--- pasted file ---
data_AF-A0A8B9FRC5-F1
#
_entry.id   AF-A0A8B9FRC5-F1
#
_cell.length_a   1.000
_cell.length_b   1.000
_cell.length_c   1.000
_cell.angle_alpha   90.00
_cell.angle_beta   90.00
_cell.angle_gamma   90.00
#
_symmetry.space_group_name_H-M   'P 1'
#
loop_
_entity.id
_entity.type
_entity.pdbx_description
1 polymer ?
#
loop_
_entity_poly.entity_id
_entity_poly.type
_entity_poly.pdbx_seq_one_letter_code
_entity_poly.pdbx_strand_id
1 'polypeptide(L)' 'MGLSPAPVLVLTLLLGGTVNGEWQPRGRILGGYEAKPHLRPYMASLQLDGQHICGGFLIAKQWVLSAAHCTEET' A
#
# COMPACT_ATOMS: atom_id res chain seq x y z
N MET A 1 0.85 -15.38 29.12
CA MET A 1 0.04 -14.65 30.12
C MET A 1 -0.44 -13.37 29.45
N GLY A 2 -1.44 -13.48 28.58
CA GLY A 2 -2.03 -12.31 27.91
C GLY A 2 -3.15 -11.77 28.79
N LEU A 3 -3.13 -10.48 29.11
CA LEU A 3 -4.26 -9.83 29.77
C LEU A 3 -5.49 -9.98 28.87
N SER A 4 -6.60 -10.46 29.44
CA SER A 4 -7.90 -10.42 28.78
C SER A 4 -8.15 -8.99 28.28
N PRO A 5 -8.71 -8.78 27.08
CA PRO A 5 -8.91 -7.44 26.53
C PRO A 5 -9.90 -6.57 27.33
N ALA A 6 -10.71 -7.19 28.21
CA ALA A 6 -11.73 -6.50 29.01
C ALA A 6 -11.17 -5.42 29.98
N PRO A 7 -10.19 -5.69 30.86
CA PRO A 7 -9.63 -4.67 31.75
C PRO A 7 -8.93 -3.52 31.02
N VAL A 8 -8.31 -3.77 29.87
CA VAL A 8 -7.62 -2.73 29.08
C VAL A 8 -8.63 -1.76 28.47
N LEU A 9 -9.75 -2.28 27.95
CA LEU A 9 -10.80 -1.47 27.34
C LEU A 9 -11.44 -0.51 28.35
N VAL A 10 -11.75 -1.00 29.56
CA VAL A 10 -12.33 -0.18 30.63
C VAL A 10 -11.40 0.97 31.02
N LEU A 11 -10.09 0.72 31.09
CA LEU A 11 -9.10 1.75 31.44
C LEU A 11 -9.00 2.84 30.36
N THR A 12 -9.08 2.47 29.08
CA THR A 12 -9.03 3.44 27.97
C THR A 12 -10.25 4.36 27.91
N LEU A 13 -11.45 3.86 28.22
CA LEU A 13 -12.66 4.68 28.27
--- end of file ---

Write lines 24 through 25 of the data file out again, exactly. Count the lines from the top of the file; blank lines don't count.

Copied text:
_entity_poly.pdbx_strand_id
1 'polypeptide(L)' 'MGLSPAPVLVLTLLLGGTVNGEWQPRGRILGGYEAKPHLRPYMASLQLDGQHICGGFLIAKQWVLSAAHCTEET' A